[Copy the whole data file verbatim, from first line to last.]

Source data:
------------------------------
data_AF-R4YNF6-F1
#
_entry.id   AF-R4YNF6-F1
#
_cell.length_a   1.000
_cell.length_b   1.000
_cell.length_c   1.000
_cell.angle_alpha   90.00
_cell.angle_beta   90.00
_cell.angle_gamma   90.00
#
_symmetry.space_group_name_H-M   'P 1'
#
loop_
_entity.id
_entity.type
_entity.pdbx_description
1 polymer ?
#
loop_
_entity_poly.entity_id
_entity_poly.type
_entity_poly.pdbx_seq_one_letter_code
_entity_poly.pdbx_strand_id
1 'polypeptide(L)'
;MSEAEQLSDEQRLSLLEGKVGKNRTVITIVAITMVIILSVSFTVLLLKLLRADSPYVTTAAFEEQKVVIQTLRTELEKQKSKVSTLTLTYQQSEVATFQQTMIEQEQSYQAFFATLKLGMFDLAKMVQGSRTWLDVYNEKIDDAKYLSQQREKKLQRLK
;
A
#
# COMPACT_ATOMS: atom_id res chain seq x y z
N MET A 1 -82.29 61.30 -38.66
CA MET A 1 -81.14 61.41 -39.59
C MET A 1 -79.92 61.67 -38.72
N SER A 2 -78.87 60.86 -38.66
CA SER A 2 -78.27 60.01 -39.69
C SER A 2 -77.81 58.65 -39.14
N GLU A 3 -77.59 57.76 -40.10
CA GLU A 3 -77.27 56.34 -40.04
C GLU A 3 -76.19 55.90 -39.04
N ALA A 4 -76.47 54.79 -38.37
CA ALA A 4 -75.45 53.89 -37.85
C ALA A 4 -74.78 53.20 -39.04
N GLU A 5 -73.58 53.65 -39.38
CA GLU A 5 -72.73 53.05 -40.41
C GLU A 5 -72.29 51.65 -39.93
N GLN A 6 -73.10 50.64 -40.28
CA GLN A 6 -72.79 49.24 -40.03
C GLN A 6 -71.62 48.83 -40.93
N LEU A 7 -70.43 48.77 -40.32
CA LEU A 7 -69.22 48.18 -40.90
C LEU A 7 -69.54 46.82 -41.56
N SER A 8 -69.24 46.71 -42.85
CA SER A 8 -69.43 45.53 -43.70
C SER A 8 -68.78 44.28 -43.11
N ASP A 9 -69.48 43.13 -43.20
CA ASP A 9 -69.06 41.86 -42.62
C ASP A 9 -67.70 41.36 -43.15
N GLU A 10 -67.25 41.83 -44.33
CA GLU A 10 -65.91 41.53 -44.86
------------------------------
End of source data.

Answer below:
data_AF-R4YNF6-F1
#
_entry.id   AF-R4YNF6-F1
#
_cell.length_a   1.000
_cell.length_b   1.000
_cell.length_c   1.000
_cell.angle_alpha   90.00
_cell.angle_beta   90.00
_cell.angle_gamma   90.00
#
_symmetry.space_group_name_H-M   'P 1'
#
loop_
_entity.id
_entity.type
_entity.pdbx_description
1 polymer ?
#
loop_
_entity_poly.entity_id
_entity_poly.type
_entity_poly.pdbx_seq_one_letter_code
_entity_poly.pdbx_strand_id
1 'polypeptide(L)'
;MSEAEQLSDEQRLSLLEGKVGKNRTVITIVAITMVIILSVSFTVLLLKLLRADSPYVTTAAFEEQKVVIQTLRTELEKQKSKVSTLTLTYQQSEVATFQQTMIEQEQSYQAFFATLKLGMFDLAKMVQGSRTWLDVYNEKIDDAKYLSQQREKKLQRLK
;
A
#
# COMPACT_ATOMS: atom_id res chain seq x y z
N MET A 1 -82.29 61.30 -38.66
CA MET A 1 -81.14 61.41 -39.59
C MET A 1 -79.92 61.67 -38.72
N SER A 2 -78.87 60.86 -38.66
CA SER A 2 -78.27 60.01 -39.69
C SER A 2 -77.81 58.65 -39.14
N GLU A 3 -77.59 57.76 -40.10
CA GLU A 3 -77.27 56.34 -40.04
C GLU A 3 -76.19 55.90 -39.04
N ALA A 4 -76.47 54.79 -38.37
CA ALA A 4 -75.45 53.89 -37.85
C ALA A 4 -74.78 53.20 -39.04
N GLU A 5 -73.58 53.65 -39.38
CA GLU A 5 -72.73 53.05 -40.41
C GLU A 5 -72.29 51.65 -39.93
N GLN A 6 -73.10 50.64 -40.28
CA GLN A 6 -72.79 49.24 -40.03
C GLN A 6 -71.62 48.83 -40.93
N LEU A 7 -70.43 48.77 -40.32
CA LEU A 7 -69.22 48.18 -40.90
C LEU A 7 -69.54 46.82 -41.56
N SER A 8 -69.24 46.71 -42.85
CA SER A 8 -69.43 45.53 -43.70
C SER A 8 -68.78 44.28 -43.11
N ASP A 9 -69.48 43.13 -43.20
CA ASP A 9 -69.06 41.86 -42.62
C ASP A 9 -67.70 41.36 -43.15
N GLU A 10 -67.25 41.83 -44.33
CA GLU A 10 -65.91 41.53 -44.86